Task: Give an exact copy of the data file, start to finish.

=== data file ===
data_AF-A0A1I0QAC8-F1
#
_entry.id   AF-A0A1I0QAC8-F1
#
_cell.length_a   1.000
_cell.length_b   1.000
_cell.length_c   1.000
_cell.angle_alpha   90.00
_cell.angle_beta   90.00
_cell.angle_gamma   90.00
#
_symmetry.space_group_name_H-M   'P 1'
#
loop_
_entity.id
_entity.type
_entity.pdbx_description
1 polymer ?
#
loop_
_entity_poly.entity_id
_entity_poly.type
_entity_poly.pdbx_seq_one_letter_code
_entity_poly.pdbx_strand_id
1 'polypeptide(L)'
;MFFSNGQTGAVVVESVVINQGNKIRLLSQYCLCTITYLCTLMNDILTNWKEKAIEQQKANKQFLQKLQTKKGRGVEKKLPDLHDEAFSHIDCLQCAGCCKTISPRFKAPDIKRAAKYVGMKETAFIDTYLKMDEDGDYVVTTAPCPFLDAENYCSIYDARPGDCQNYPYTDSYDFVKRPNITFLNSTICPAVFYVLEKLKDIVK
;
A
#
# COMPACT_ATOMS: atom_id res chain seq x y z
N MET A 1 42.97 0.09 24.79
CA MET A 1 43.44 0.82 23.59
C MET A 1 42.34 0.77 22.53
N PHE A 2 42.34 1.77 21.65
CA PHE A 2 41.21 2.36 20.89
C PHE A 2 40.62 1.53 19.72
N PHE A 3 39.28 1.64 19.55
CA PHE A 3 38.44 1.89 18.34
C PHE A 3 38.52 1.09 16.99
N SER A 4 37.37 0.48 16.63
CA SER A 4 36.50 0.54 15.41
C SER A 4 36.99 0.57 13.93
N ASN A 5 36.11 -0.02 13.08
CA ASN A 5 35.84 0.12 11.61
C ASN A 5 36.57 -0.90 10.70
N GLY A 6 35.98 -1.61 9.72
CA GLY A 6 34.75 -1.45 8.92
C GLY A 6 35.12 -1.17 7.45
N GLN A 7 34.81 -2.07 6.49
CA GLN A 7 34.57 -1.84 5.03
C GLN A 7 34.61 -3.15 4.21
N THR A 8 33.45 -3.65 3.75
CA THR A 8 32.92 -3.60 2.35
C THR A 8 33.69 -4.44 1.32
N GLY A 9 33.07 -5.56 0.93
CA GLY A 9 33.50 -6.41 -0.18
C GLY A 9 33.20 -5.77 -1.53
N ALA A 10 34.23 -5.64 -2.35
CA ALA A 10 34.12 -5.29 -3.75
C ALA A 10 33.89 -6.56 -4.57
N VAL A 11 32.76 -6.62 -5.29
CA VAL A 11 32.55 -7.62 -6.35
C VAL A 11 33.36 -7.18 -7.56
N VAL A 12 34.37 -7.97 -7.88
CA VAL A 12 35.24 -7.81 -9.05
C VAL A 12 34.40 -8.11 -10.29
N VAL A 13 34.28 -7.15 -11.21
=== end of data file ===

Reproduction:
data_AF-A0A1I0QAC8-F1
#
_entry.id   AF-A0A1I0QAC8-F1
#
_cell.length_a   1.000
_cell.length_b   1.000
_cell.length_c   1.000
_cell.angle_alpha   90.00
_cell.angle_beta   90.00
_cell.angle_gamma   90.00
#
_symmetry.space_group_name_H-M   'P 1'
#
loop_
_entity.id
_entity.type
_entity.pdbx_description
1 polymer ?
#
loop_
_entity_poly.entity_id
_entity_poly.type
_entity_poly.pdbx_seq_one_letter_code
_entity_poly.pdbx_strand_id
1 'polypeptide(L)'
;MFFSNGQTGAVVVESVVINQGNKIRLLSQYCLCTITYLCTLMNDILTNWKEKAIEQQKANKQFLQKLQTKKGRGVEKKLPDLHDEAFSHIDCLQCAGCCKTISPRFKAPDIKRAAKYVGMKETAFIDTYLKMDEDGDYVVTTAPCPFLDAENYCSIYDARPGDCQNYPYTDSYDFVKRPNITFLNSTICPAVFYVLEKLKDIVK
;
A
#
# COMPACT_ATOMS: atom_id res chain seq x y z
N MET A 1 42.97 0.09 24.79
CA MET A 1 43.44 0.82 23.59
C MET A 1 42.34 0.77 22.53
N PHE A 2 42.34 1.77 21.65
CA PHE A 2 41.21 2.36 20.89
C PHE A 2 40.62 1.53 19.72
N PHE A 3 39.28 1.64 19.55
CA PHE A 3 38.44 1.89 18.34
C PHE A 3 38.52 1.09 16.99
N SER A 4 37.37 0.48 16.63
CA SER A 4 36.50 0.54 15.41
C SER A 4 36.99 0.57 13.93
N ASN A 5 36.11 -0.02 13.08
CA ASN A 5 35.84 0.12 11.61
C ASN A 5 36.57 -0.90 10.70
N GLY A 6 35.98 -1.61 9.72
CA GLY A 6 34.75 -1.45 8.92
C GLY A 6 35.12 -1.17 7.45
N GLN A 7 34.81 -2.07 6.49
CA GLN A 7 34.57 -1.84 5.03
C GLN A 7 34.61 -3.15 4.21
N THR A 8 33.45 -3.65 3.75
CA THR A 8 32.92 -3.60 2.35
C THR A 8 33.69 -4.44 1.32
N GLY A 9 33.07 -5.56 0.93
CA GLY A 9 33.50 -6.41 -0.18
C GLY A 9 33.20 -5.77 -1.53
N ALA A 10 34.23 -5.64 -2.35
CA ALA A 10 34.12 -5.29 -3.75
C ALA A 10 33.89 -6.56 -4.57
N VAL A 11 32.76 -6.62 -5.29
CA VAL A 11 32.55 -7.62 -6.35
C VAL A 11 33.36 -7.18 -7.56
N VAL A 12 34.37 -7.97 -7.88
CA VAL A 12 35.24 -7.81 -9.05
C VAL A 12 34.40 -8.11 -10.29
N VAL A 13 34.28 -7.15 -11.21